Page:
Traces of Homer’s Double Voice in Moby-Dick


4:00 PM - 5:30 PM


  • Time: 4:00-5:30pm
  • Date: Tuesday 7 December 2021
  • Venue: HS436 and Zhumu (Please contact for Zhumu details)


Ishmael, the narrator of Moby-Dick, is well known for his quirky and erratic narrative voice. In one moment, he is theatrically lamenting over the killing of a young whale calf; in the next, he is making bawdy jokes about sperm whale mating habits. Over the years critics have found it useful to apply Mikhail Bakhtin’s theoretical concepts to make sense of this narrative instability, particularly those of dialogism and double-voicedness. In this talk I take a similar approach and examine salient instances of tonal and rhetorical disjuncture in Ishmael’s narrative in light of their dialogical implications. However, Ishmael’s tonal anomalies are varied and produce a range of literary effects. I argue that at least one of these is to echo the discrepant and ambivalent narrative tone that is (pace Bakhtin himself) to be found in Homer’s Iliad. I conclude that one potent effect of this is to illustrate the seductive resilience of heroic-epic attitudes towards martial glory and honor, which endure in the cultural consciousness, albeit in a state of dialogic tension with voices that value principles of peace, brotherhood and compassion.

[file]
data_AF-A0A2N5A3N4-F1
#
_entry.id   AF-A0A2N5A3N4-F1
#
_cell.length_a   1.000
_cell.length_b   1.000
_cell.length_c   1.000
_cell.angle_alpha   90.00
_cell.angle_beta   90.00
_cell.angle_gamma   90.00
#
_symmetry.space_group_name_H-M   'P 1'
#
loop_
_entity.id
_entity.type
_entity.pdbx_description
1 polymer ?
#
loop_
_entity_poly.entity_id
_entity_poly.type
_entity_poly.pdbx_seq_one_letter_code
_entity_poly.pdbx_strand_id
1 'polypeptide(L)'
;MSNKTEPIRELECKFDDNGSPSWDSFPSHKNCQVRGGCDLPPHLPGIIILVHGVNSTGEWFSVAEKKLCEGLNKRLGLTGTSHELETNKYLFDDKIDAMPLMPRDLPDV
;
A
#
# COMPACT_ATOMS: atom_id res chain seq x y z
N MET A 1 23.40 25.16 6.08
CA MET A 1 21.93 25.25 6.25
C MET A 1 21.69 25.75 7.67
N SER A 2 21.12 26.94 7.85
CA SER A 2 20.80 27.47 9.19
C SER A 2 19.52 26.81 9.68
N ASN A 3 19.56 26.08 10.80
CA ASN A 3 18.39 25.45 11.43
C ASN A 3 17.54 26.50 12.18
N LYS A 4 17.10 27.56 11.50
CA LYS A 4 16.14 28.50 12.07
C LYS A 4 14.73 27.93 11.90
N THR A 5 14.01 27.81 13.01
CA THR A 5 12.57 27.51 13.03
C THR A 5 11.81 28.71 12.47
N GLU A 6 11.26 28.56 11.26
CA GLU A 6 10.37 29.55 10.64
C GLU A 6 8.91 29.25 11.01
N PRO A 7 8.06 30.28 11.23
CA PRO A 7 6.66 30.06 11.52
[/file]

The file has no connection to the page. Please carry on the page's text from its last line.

Dr Alan McCluskey is an Assistant Professor in English Literature. His first book, Materiality and the Modern Cosmopolitan Novel (Palgrave, 2015), explores some of the ways that cosmopolitan values and ideas manifest themselves in works of literature derived from various contexts. His most recent publication, forthcoming in Leviathan (Johns Hopkins Press), examines tone and double-voicedness in Melville’s Moby-Dick.

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